National Human Genome Research Institute (NGRI). Directed by Eric Green, M.D., Ph.D, this website is committed to advancing genomics research at the National Institutes of Health (NIH). Topics covered include chromosomes, genes, DNS double helix, genetic variants, and ancestry DNA. While I had a rough understanding of the Human Genome Project, NHGRI has provided a deeper understanding of the subject including results and its timeline of events. I now understand that the Human Genome Project enabled the first time reading of nature’s complete genetic blueprint of a human being. The genome project ended in 2003.

Personal Genome Project- Global Network. The Global Network of Personal Genome Project is maintained by the U.S.-based Open Humans Foundation organization. The website focuses on providing public genome, trait, and health data from projects across the world. Participants are called upon to publicly share their research and discoveries to advance the Human Genome Project subject. I like the website because, unlike those that only post previews of projects, most of its research papers are freely accessible. By going through some of the published papers, I have gained insight on various issues including privacy risks of genomic data.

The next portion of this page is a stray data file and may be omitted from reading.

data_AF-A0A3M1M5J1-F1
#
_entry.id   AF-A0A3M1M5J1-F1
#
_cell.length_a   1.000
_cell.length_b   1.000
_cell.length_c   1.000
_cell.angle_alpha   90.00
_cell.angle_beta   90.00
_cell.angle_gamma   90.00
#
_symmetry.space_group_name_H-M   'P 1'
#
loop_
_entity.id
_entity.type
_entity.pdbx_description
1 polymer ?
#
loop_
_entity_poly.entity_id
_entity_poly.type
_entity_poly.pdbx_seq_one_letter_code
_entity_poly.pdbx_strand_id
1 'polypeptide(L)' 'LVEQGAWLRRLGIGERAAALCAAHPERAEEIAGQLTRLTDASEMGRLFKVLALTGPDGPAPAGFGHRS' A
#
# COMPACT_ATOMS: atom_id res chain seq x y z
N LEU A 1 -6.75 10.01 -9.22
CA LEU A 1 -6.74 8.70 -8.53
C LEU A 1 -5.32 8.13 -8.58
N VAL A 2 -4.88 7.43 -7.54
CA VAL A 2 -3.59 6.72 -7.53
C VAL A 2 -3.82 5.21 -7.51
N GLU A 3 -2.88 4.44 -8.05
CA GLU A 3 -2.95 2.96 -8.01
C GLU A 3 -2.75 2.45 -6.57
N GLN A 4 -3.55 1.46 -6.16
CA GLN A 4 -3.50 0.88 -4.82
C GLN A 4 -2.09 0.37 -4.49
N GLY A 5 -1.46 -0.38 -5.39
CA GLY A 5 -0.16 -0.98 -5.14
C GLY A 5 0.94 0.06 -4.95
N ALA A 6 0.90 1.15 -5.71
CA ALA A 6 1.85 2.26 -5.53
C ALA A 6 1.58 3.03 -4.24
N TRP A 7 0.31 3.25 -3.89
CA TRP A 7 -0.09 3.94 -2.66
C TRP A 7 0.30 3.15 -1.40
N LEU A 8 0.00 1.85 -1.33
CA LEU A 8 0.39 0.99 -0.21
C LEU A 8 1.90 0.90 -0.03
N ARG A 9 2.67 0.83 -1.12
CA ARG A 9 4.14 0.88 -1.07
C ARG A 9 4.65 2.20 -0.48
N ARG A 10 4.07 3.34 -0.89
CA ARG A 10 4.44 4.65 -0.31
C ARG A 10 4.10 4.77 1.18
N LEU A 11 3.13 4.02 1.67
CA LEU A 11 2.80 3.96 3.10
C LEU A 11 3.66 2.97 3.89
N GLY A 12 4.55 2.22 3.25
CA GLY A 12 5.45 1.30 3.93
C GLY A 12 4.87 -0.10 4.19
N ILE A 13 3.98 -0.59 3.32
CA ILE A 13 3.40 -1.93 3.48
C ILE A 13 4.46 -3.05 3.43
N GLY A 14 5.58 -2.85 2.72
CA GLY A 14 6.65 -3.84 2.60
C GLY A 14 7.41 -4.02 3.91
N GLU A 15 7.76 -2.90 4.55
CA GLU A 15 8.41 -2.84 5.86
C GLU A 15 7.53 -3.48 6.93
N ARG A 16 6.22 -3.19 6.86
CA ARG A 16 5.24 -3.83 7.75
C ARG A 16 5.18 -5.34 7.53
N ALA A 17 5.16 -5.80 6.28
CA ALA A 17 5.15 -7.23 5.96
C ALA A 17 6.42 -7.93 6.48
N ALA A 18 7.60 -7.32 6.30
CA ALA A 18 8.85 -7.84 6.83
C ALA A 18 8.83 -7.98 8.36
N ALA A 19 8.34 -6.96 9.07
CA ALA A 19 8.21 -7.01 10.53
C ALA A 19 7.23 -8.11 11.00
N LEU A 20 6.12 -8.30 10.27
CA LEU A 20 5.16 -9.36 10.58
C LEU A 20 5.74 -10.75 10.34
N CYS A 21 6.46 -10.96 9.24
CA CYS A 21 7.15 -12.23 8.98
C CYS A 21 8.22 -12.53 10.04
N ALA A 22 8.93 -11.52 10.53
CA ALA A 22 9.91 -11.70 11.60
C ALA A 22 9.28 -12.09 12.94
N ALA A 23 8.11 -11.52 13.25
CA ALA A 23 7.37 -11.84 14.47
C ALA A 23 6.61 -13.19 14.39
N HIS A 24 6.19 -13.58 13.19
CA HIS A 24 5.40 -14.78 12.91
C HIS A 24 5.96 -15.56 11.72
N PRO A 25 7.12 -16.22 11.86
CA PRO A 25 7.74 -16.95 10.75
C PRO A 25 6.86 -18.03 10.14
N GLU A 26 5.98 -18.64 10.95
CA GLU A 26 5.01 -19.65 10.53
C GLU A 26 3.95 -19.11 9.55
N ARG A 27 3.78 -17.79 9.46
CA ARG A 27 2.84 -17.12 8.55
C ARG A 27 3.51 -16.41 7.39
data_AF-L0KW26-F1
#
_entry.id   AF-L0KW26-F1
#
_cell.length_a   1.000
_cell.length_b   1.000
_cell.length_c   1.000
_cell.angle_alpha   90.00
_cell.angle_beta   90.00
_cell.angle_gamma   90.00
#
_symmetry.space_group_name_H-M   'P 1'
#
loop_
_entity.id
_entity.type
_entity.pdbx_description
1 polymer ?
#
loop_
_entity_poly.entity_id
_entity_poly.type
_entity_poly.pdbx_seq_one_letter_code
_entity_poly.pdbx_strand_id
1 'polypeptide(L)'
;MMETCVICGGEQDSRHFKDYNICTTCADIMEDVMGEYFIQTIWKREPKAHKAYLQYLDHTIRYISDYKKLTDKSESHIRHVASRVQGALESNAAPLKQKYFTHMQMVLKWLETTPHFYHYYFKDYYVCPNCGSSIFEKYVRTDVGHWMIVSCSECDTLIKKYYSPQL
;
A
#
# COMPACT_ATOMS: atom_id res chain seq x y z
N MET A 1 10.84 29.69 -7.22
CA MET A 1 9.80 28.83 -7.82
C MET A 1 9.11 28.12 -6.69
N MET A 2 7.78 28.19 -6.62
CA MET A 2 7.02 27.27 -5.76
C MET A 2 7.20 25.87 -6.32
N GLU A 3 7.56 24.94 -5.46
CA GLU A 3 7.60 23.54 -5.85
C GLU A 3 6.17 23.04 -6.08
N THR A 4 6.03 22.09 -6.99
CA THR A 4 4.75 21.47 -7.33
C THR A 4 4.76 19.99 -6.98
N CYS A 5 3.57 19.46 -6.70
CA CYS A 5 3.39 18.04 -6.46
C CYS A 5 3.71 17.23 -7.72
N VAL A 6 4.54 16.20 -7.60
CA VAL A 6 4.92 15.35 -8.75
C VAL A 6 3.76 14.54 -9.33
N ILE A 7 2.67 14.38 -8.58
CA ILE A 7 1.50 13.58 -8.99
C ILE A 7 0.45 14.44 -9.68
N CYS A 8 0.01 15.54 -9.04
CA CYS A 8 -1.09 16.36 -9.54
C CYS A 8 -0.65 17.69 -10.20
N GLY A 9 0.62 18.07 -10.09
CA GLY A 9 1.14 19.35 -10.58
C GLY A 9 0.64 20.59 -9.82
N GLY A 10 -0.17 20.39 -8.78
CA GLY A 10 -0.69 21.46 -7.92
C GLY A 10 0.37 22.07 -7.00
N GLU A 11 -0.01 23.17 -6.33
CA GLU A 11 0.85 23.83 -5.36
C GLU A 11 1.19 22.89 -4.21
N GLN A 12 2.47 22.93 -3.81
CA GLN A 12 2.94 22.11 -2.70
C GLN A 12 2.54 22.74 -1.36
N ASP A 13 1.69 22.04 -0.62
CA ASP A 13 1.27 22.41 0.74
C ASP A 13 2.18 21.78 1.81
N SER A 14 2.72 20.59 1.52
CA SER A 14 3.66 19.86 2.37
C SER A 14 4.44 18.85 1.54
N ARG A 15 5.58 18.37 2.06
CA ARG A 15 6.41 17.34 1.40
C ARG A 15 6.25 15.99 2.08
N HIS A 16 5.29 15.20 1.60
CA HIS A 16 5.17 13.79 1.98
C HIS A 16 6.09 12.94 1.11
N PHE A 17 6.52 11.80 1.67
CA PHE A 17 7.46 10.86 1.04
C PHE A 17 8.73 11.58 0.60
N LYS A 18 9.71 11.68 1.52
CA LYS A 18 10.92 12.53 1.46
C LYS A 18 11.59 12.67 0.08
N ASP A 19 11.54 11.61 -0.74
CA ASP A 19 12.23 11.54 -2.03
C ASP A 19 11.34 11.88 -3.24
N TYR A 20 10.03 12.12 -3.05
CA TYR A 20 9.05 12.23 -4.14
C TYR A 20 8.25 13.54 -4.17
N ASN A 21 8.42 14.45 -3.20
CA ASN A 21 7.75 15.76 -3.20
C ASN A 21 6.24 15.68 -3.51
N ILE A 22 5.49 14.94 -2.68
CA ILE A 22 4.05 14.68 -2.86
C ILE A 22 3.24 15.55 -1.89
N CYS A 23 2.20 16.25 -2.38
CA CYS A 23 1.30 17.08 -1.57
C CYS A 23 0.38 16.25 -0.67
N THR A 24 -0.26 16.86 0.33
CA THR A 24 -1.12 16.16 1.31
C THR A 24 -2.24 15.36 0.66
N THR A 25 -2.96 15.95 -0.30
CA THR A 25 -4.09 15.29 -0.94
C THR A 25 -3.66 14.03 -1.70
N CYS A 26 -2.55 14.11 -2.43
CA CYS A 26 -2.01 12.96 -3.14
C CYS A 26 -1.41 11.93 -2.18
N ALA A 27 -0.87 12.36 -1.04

Broad Institute. Broad Institute, run by MIT and Harvard, is committed to advancing the knowledge of the biology and treatment of diseases by use of genomics. The Human Genome Project paved way to the establishment of this website. Broad institutes is committed on supporting and sharing research that offers insight on the genetic basis of human diseases and how the knowledge can be used to develop effective therapies and prevention measures. From the website, I have learnt issues like the molecular component of life.

Fossil Dating Methods